The Guggenheim Museum Bilbao presents Lygia Clark: Painting as an Experimental Field, 1948–1958. A pioneer in abstraction, Lygia Clark (b. 1920, Belo Horizonte, Brazil; d. 1988, Rio de Janeiro, Brazil) was a major artist of the second half of the twentieth century. This exhibition presents a reexamination of Clark’s crucial formative years from 1948 to 1958, when she was experimenting between figuration and abstraction to articulate the compelling visual language that defined her mature production. Along with a pertinent representation of her early figurative work, this show assembles paintings from major series created during this early period to provide a fundamental overview of the first decade of Clark’s artistic career.
Viewing painting as an “experimental field,” a phrase from a keynote lecture given by the artist in 1956, Clark sought to redefine the medium by pushing the boundaries of traditional painting. Dedicating herself to art without formal training, she embedded herself within the artistic milieu of Rio de Janeiro in the late 1940s and participated in seminal artistic movements, such as Concrete art and geometric abstraction, throughout the 1950s. This focused exhibition traces Clark’s artistic evolution in three structured historical sections: “The Early Years, 1948–1952”; “Geometric Abstraction, 1953–1956”; and “Variation of Form: Modulating Space, 1957– 1958.” Each chapter addresses Clark’s most significant ideas and provides an in-depth representation of her artistic development through a concise selection of works.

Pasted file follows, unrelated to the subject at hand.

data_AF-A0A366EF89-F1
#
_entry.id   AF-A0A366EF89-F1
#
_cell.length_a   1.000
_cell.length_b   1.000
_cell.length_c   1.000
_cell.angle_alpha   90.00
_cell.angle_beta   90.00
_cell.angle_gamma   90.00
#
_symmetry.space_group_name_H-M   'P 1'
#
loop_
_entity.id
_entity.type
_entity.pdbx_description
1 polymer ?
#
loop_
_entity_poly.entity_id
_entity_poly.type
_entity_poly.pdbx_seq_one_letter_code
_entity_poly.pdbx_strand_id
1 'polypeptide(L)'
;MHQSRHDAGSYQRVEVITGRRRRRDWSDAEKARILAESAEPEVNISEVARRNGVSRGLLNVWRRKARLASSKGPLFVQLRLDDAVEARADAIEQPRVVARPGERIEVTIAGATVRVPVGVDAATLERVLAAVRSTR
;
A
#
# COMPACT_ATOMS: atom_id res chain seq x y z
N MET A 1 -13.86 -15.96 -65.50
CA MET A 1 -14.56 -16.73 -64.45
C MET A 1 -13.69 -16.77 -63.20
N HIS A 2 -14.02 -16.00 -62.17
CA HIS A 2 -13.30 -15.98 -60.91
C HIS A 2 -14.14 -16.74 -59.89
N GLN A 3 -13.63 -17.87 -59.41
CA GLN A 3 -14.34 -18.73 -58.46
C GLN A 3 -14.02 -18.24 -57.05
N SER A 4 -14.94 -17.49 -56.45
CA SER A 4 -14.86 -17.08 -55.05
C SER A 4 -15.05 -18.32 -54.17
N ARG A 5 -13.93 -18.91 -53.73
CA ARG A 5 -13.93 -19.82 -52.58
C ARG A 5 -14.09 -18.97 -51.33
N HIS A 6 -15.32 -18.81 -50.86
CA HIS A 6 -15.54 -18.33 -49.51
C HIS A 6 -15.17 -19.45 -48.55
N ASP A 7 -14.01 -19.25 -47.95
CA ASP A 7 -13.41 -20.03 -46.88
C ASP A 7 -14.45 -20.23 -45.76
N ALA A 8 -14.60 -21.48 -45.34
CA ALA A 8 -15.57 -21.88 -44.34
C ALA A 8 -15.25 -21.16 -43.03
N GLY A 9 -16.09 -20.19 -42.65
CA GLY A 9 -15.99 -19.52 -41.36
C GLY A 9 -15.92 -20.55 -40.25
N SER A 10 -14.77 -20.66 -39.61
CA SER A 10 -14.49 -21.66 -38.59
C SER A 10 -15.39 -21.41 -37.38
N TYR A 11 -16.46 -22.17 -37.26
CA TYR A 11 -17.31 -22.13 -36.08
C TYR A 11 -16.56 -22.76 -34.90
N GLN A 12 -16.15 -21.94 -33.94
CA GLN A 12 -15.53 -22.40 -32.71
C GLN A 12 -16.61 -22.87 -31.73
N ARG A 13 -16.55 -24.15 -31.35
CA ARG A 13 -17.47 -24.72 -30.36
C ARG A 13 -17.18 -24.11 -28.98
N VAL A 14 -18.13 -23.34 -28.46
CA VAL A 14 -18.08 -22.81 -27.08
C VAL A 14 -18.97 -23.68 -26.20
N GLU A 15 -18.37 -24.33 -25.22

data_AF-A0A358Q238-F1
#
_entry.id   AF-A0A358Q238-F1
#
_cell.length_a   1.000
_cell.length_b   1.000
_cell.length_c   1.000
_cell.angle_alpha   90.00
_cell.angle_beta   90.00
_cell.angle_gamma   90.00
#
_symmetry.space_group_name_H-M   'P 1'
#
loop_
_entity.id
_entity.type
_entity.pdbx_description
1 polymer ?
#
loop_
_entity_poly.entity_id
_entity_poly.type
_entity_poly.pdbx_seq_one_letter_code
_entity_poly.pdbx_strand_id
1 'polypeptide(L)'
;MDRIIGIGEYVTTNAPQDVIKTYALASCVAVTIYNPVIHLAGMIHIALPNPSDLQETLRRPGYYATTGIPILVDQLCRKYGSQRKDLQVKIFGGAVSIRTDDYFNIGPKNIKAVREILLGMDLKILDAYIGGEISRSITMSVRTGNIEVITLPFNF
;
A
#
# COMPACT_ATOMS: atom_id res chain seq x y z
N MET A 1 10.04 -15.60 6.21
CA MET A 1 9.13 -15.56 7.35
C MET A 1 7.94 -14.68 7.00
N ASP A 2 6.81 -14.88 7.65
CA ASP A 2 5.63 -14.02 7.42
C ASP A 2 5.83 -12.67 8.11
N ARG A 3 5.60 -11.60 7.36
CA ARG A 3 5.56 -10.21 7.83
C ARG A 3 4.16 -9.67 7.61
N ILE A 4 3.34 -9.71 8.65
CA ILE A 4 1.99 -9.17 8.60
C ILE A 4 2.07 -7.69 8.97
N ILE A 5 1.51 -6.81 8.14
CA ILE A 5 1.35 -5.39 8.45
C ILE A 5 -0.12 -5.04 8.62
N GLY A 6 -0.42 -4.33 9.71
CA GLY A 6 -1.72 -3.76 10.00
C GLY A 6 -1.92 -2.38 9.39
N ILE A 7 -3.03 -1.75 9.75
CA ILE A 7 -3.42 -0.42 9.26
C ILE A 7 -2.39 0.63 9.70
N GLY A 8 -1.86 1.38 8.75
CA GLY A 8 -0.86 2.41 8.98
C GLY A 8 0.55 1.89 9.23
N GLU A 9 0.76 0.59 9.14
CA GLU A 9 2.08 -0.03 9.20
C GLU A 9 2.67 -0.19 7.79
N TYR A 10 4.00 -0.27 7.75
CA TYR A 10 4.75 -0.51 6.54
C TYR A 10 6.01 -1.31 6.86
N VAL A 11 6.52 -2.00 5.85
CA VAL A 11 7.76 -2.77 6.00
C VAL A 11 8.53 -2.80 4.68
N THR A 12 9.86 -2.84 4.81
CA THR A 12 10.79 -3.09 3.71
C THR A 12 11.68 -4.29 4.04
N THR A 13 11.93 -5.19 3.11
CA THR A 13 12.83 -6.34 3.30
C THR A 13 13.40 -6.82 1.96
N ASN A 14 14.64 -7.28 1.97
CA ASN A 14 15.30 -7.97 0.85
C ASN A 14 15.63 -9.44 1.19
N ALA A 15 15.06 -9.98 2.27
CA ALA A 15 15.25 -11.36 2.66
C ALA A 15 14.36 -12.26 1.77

This presentation of Lygia Clark’s early practice debuts on the centenary anniversary of the artist’s birth, bringing a renewed attention at an international level to a significant postwar Latin American female artist.
The museum is thankful to the Lygia Clark Cultural Association, Rio de Janeiro, and the artist’s family for their tremendous support of the exhibition.
- Dates: March 6 through May 24, 2020
- Curator: Geaninne Gutiérrez-Guimarães, Associate Curator, Guggenheim Museum Bilbao, Solomon R. Guggenheim Museum and Foundation